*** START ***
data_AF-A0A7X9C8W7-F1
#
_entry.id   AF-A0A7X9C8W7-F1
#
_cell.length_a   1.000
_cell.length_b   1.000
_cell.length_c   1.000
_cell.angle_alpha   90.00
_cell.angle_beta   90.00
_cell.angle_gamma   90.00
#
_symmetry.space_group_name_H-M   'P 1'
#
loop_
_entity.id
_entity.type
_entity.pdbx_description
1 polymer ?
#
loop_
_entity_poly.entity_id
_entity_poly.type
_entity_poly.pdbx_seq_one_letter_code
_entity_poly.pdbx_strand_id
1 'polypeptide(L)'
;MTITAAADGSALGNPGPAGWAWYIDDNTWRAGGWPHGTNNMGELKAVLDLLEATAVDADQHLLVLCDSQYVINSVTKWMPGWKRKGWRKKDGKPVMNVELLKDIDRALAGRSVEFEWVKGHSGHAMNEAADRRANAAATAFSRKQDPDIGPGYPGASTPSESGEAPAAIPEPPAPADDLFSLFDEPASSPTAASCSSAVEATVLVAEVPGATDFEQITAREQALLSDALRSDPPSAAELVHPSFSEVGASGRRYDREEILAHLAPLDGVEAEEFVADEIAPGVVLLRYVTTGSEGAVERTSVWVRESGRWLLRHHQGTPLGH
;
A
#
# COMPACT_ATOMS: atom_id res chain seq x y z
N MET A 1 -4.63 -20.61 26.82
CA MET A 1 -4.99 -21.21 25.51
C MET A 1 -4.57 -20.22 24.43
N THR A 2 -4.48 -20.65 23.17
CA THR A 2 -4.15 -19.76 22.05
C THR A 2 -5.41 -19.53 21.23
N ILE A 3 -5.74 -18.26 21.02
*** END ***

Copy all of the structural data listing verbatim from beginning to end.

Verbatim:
data_AF-A0A7X9C8W7-F1
#
_entry.id   AF-A0A7X9C8W7-F1
#
_cell.length_a   1.000
_cell.length_b   1.000
_cell.length_c   1.000
_cell.angle_alpha   90.00
_cell.angle_beta   90.00
_cell.angle_gamma   90.00
#
_symmetry.space_group_name_H-M   'P 1'
#
loop_
_entity.id
_entity.type
_entity.pdbx_description
1 polymer ?
#
loop_
_entity_poly.entity_id
_entity_poly.type
_entity_poly.pdbx_seq_one_letter_code
_entity_poly.pdbx_strand_id
1 'polypeptide(L)'
;MTITAAADGSALGNPGPAGWAWYIDDNTWRAGGWPHGTNNMGELKAVLDLLEATAVDADQHLLVLCDSQYVINSVTKWMPGWKRKGWRKKDGKPVMNVELLKDIDRALAGRSVEFEWVKGHSGHAMNEAADRRANAAATAFSRKQDPDIGPGYPGASTPSESGEAPAAIPEPPAPADDLFSLFDEPASSPTAASCSSAVEATVLVAEVPGATDFEQITAREQALLSDALRSDPPSAAELVHPSFSEVGASGRRYDREEILAHLAPLDGVEAEEFVADEIAPGVVLLRYVTTGSEGAVERTSVWVRESGRWLLRHHQGTPLGH
;
A
#
# COMPACT_ATOMS: atom_id res chain seq x y z
N MET A 1 -4.63 -20.61 26.82
CA MET A 1 -4.99 -21.21 25.51
C MET A 1 -4.57 -20.22 24.43
N THR A 2 -4.48 -20.65 23.17
CA THR A 2 -4.15 -19.76 22.05
C THR A 2 -5.41 -19.53 21.23
N ILE A 3 -5.74 -18.26 21.02